At the upcoming Hands On Literary Festival in New Orleans, I’m going to be teaching a class on novel-writing, “The Class I Wish I Had Taken During My MFA.”
As the title of the class is a bit odd, and the premise a bit unusual, I thought I would explain it here, and answer any questions readers have.
The more time that passes since my MFA, the more I realise how lucky I was. My colleagues were talented, my financial funding was generous, and my teachers were exceptional.
I studied fiction with Lisa Zeidner, Lauren Grodstein, and Adam Mansbach, and not only were they remarkably well-read and insightful, they continually maintained a high demand for quality work. That a story could be “better” or “worse” than the one you had previously written was just an assumed part of the feedback process. To me, that’s one of the most valuable things a teacher of fine art can do: insist on quality. Even if everything else about the writing of fiction remains a mystery, that insistence can illuminate the path ahead, steady the hand.
But our MFA was not alone, I believe, in finding classes about short-story writing more rewarding than classes about novel-writing. Cathy Day’s wonderful essay, “The Story Problem,” remains the definitive discussion of the topic, and Day’s account of her own classroom experiences indicates how broad and common this “novel problem” is. It isn’t about individuals: it’s a problem with the basic premise of the creative writing workshop itself.
The workshop begins with students handing in already-written fiction. Their classmates and teacher then comment on the piece and offer suggestions for improvement. For a novel workshop, that’s typically the first chapter or so of a novel-in-progress.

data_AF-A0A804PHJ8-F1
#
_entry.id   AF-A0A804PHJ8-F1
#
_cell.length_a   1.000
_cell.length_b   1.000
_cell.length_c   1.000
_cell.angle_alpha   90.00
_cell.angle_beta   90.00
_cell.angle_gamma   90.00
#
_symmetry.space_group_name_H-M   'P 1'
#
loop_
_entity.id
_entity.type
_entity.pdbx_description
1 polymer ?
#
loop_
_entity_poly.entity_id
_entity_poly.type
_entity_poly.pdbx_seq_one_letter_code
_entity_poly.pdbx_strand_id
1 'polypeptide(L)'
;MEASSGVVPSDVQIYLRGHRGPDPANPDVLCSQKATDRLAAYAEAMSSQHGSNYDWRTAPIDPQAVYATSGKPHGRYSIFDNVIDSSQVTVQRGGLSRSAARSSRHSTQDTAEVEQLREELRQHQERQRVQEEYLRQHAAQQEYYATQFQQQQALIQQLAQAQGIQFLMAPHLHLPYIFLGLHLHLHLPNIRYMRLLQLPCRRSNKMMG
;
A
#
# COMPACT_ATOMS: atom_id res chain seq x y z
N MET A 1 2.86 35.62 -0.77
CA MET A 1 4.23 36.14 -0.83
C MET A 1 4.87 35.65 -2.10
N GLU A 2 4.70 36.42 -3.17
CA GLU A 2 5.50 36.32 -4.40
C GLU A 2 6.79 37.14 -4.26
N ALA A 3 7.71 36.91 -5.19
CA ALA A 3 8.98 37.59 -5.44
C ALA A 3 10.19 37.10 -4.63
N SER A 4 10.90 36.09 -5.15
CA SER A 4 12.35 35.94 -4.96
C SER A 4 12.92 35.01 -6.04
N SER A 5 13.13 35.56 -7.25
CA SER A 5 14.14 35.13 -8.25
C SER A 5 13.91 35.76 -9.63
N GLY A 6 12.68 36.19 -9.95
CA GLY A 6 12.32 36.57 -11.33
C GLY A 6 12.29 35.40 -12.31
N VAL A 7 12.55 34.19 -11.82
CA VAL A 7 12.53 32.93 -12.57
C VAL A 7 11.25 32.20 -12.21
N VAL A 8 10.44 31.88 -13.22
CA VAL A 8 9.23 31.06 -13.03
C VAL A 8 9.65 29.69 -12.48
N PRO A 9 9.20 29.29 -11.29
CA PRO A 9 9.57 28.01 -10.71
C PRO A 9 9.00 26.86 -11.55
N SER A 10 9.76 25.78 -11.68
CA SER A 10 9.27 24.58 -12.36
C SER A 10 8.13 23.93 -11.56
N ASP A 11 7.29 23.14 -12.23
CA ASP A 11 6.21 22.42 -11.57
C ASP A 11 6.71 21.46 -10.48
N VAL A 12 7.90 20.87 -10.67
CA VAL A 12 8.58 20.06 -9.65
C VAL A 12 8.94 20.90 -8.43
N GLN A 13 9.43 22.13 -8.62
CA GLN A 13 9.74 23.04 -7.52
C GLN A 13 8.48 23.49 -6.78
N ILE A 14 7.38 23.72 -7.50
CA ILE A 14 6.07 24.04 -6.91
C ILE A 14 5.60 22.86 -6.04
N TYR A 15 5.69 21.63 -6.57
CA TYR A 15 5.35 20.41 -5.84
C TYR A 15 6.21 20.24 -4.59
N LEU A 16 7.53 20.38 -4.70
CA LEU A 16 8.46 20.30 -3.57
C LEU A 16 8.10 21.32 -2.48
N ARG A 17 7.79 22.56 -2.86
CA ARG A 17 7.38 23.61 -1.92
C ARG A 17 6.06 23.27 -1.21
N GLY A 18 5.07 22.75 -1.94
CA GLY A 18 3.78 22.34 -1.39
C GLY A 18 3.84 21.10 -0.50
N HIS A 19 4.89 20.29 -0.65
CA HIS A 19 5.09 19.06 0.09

This approach assumes, however, that student writers are already able to write the first chapter of a novel, and simply need advice along the way to make it better. I no longer think that’s the case. Until the very end of my MFA, I wasn’t writing a novel at all; instead, I was writing what you might call “novel-shaped-fiction.”
As a category, “novel-shaped-fiction” is superficially similar to “a novel.” From a distance, they look the same. Novel-shaped-fiction has the same characters and dialogue and settings and chapters that a novel has. The only problem with novel-shaped-fiction is that, generally speaking, no one wants to read it.
This lack of readability wasn’t intentional. It wasn’t because we hoped to challenge our readers. Rather, there was something different in category from what our work felt like to read and what the famous novels we loved felt like to read. Unfortunately, we didn’t know that.
After all, it seems like the best writers can get away with anything: it seems like for any rule one can think of, the canon of famous novels contains 1,000 exceptions. Why couldn’t my novel be one of those exceptions, especially if I work really hard at it? And because we only had time to workshop the first few chapters in class, we could practice various forms of denial very effectively. Yes, most people didn’t like chapters one, two, and three, but they would have loved the novel if only I’d been allowed to show them the whole thing! So we struggled to make our not-quite-novels better not-quite-novels, trying out or ignoring suggestion after suggestion, some of us revising the opening pages many times, others feeling bewildered by the feedback we received.
The class I wish I had taken during my MFA, in other words, would have explored and worked through this crucial distinction — the difference between a novel and a not-quite-novel — before any of us had actually handed in any pages of our own. I think that’s the instruction that aspiring novelists most need.
Now, I’m still learning how to write novels myself. Although I’ve devoted much of the last two years of my PhD in Creative Writing to thinking through this problem, much still remains mysterious. I believe, however, that I have figured out some of the first steps, and now I’d like to share them. That’s what my class at the Hands On Festival will involve.
I’ll stop here for today, but in the next post, I’ll sketch out some of those first steps, using an Italian fairytale, “Silvernose,” and the classic novel Jane Eyre as examples.